Subject: Re: Examples needed against Soft Patents
From: jean_camp <jean_camp@harvard.edu>
Date: Tue, 18 Jan 2005 21:11:14 -0500
Tue, 18 Jan 2005 21:11:14 -0500
It does make sense to me if you think about the Statute of Anne. When 
was this written? 1789? So there were three basic approaches to 
copyright at that time
1. licensing : the king owns everything, and grants 'patents" (they 
called them that don't ask me why) to printers to make copies. making 
something not approved by the King is hazardous to your health
2. moral rights: each author has a right to control his own words, as 
the essence of the author is in his work. For example, the self-parody 
that occurs at the beginning of Lo's Diary is a result of that level of 
control
3. copy rights: this meant that anyone who wrote could have a 
copyright, and those rights could be sold or traded freely. The author 
did not retain rights forever based on moral grounds
4. free information: under the licensing system most information was 
free. most information was beneath the ownership of the King. So if you 
ever hear that Shakespeare's  plays were 'pirate' copies that is not 
quite true. His material was not subject to patents and licensure being 
fiction.

So I could see that the founders could have been rejecting 1 & 2, and 
implicitly rejecting 4. Or maybe just ignoring 4, because they were 
concerned with quality work (kind of funny given the quality of most 
work....) and did not see that as a viable model, but rather as a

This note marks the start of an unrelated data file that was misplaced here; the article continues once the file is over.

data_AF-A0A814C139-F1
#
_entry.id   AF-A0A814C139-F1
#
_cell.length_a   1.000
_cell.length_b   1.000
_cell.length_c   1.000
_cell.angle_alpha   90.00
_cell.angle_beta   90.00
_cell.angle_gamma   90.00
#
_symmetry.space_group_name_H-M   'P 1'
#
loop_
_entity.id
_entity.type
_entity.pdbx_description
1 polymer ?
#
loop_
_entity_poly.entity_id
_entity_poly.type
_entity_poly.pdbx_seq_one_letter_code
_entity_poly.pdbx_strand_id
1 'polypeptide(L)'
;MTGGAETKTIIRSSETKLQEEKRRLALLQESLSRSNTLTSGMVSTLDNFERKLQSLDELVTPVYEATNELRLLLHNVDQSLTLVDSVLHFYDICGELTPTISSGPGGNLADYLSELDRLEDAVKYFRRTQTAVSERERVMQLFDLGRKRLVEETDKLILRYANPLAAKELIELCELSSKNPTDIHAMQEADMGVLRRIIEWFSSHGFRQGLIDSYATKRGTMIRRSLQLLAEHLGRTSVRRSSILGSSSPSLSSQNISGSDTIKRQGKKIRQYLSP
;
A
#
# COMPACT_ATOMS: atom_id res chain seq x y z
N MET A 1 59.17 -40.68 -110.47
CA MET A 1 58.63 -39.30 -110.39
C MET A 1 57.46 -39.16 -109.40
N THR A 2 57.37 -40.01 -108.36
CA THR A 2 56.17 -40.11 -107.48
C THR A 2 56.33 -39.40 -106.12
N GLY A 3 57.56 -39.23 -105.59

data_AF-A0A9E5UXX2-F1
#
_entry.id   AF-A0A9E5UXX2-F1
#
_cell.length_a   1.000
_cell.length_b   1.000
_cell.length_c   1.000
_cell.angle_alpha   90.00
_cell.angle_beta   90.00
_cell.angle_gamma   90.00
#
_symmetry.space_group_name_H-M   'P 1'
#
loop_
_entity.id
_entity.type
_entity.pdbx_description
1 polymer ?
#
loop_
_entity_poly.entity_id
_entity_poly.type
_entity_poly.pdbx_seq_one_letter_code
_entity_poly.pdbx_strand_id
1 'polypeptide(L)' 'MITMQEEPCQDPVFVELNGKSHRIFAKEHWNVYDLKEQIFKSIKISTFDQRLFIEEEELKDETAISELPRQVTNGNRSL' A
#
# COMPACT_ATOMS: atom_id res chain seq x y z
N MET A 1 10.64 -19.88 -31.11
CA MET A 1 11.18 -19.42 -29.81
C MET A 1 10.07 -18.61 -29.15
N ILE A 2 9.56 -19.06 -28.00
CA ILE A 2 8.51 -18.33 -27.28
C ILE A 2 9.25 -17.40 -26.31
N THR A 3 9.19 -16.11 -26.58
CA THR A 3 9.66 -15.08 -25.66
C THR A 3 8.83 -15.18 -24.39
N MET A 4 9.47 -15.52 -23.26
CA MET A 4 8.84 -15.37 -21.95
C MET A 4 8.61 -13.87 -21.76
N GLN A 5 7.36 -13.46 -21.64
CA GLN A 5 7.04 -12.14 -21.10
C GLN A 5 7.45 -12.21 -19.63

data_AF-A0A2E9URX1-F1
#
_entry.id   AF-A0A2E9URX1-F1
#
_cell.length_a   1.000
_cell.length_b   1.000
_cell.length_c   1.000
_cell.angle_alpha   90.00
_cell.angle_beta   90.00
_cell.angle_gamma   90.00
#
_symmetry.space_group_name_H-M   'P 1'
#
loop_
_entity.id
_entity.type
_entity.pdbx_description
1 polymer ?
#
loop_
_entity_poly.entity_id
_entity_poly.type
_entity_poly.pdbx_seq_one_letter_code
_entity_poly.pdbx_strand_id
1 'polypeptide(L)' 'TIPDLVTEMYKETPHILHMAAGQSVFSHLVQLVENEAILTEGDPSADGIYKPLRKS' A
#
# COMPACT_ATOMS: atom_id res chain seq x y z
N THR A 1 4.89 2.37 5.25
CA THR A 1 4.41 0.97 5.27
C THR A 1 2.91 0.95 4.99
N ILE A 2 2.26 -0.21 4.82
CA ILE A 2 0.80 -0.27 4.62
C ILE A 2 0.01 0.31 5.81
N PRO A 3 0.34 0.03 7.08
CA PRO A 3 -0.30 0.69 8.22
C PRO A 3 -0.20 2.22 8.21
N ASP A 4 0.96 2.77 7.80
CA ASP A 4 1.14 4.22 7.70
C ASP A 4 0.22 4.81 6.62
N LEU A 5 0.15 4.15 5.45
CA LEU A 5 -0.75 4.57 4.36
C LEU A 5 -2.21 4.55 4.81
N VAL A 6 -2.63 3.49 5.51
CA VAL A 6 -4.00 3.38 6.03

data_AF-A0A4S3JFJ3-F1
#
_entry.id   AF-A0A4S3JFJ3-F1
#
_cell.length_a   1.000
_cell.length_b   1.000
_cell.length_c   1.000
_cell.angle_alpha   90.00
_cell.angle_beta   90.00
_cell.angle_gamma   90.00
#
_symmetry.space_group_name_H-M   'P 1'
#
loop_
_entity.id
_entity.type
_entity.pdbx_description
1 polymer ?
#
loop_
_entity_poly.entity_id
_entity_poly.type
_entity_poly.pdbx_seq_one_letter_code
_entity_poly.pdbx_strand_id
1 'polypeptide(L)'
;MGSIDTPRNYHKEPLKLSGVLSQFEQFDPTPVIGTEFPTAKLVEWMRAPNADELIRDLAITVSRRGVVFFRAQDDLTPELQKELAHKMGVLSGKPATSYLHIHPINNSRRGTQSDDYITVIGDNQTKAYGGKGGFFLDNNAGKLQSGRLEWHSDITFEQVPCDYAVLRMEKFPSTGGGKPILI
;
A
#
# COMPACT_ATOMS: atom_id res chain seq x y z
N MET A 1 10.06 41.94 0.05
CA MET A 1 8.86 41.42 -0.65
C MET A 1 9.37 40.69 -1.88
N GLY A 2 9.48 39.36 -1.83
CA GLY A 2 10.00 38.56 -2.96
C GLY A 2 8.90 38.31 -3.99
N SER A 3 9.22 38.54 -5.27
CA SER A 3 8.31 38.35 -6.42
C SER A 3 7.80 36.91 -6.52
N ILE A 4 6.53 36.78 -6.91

failure of the first model. If that were the case they  did choose the 
most open functional model of the time.

I had never read that about "progress". So it meant availability and 
distribution? How interesting.

-Jean

On Jan 13, 2005, at 2:46 PM, Laurent GUERBY wrote:

> On Wed, 2005-01-12 at 22:54 -0500, Seth Johnson wrote:
>> Actually, the following paper explains that in the vernacular of
>> the time, "progress" meant "spread," not "quantitative
>> improvement" in an economic sense:
>
> Thanks for the reference, quite surprising :). Even if I would
> like to believe the paper point,
>
> <<
> Clause 8: To promote the "Progress" of Science and useful Arts, by
> securing for limited Times to Authors and Inventors the exclusive Right
> to their respective Writings and Discoveries;
>>>
>
> becomes
>
> <<
> Clause 8: To promote the "Spread" of Science and useful Arts, by
> securing for limited Times to Authors and Inventors the exclusive Right
> to their respective Writings and Discoveries;
>>>
>
> This doesn't parse, how giving the power to forbid
> copies of a work or use of an invention for everyone but who the
> author/inventor authorizes will help in "spreading" the work/invention
> compared to no restriction for everyone?
>
> Laurent
>


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